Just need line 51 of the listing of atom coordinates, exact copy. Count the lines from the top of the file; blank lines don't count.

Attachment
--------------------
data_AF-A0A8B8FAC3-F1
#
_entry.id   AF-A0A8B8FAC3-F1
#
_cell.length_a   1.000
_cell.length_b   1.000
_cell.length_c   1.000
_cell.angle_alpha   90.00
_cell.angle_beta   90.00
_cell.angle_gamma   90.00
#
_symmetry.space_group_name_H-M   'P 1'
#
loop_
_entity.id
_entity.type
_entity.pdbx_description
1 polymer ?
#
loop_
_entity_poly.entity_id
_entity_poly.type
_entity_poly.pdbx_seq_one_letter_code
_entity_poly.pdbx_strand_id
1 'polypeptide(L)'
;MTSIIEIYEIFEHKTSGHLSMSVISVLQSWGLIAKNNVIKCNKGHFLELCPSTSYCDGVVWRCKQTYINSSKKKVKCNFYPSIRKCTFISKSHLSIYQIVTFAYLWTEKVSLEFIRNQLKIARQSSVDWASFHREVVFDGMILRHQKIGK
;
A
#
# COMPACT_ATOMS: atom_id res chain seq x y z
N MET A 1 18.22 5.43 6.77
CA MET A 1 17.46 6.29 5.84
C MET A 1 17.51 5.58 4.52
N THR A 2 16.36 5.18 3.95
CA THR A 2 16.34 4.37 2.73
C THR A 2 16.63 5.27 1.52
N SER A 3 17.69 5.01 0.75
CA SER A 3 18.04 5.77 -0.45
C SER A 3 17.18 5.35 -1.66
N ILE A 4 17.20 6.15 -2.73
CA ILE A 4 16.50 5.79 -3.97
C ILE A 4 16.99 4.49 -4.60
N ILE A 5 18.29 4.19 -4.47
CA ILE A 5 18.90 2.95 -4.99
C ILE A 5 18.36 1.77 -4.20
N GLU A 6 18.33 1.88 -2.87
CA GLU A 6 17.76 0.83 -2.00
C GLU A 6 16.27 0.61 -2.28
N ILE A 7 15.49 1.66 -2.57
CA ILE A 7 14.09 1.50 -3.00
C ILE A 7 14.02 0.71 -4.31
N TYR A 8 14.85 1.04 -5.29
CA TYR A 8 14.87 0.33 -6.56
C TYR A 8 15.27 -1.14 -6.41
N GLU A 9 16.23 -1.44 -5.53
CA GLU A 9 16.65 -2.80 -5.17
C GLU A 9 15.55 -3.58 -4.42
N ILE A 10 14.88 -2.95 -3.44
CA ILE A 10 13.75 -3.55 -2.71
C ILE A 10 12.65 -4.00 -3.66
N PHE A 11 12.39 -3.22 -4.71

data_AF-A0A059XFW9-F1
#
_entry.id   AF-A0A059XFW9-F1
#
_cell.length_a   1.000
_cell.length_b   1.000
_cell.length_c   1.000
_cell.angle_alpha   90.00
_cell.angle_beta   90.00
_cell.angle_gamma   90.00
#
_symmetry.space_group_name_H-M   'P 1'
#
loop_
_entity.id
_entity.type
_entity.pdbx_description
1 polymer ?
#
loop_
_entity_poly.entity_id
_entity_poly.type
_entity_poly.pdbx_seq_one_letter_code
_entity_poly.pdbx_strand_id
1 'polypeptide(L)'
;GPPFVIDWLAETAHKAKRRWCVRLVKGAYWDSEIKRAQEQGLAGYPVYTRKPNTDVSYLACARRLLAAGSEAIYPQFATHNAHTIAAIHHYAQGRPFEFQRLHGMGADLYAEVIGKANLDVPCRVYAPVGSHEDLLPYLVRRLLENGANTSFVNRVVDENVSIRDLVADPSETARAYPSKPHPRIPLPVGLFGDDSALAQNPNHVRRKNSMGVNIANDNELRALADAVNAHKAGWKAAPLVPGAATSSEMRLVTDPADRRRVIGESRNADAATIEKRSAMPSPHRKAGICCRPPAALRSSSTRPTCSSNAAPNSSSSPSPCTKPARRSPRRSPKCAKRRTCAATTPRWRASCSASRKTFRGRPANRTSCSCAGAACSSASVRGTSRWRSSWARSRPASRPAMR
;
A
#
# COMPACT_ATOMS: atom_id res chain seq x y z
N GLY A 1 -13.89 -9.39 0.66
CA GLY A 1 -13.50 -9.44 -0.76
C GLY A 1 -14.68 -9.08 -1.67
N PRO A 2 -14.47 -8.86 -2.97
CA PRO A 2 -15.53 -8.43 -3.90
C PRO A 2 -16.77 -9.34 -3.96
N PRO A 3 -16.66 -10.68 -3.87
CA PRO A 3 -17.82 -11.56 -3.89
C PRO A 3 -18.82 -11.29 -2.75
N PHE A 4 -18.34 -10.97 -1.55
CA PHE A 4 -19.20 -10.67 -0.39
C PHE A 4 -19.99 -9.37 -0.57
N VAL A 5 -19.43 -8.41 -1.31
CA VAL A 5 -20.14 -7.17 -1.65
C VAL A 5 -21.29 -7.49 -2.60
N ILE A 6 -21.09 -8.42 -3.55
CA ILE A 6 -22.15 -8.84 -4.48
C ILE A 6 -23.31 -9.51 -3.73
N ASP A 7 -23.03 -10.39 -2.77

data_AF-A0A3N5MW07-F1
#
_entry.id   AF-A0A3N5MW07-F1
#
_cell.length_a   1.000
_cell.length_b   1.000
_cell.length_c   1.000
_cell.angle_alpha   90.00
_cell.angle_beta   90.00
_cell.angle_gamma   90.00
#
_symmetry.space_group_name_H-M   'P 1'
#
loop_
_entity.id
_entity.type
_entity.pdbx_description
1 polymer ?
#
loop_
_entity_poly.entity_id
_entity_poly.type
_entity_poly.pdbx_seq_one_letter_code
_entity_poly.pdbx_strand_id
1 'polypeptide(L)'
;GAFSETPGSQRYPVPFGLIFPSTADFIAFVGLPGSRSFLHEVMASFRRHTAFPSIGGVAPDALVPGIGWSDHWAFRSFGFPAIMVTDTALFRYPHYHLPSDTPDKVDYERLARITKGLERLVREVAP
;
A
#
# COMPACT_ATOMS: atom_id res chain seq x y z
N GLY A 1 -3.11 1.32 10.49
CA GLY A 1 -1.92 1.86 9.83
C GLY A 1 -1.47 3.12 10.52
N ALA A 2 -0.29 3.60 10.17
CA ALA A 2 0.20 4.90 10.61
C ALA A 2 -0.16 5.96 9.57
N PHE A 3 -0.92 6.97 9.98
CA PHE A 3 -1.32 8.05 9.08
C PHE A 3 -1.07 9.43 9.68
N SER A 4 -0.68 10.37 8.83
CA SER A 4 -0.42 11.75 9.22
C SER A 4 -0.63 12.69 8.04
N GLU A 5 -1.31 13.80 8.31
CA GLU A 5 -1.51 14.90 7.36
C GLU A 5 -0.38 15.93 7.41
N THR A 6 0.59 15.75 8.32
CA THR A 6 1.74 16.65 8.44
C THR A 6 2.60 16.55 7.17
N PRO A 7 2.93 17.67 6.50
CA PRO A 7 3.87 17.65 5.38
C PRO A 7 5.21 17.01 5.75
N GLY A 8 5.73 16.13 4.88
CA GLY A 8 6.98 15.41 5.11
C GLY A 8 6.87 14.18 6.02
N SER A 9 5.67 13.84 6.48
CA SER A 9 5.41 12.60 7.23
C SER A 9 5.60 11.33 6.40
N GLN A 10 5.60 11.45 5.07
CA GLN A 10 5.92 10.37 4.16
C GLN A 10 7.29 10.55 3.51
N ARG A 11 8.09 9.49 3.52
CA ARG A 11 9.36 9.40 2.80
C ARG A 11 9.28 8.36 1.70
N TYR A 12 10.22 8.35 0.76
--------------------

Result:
C ILE A 7 14.02 0.71 -4.31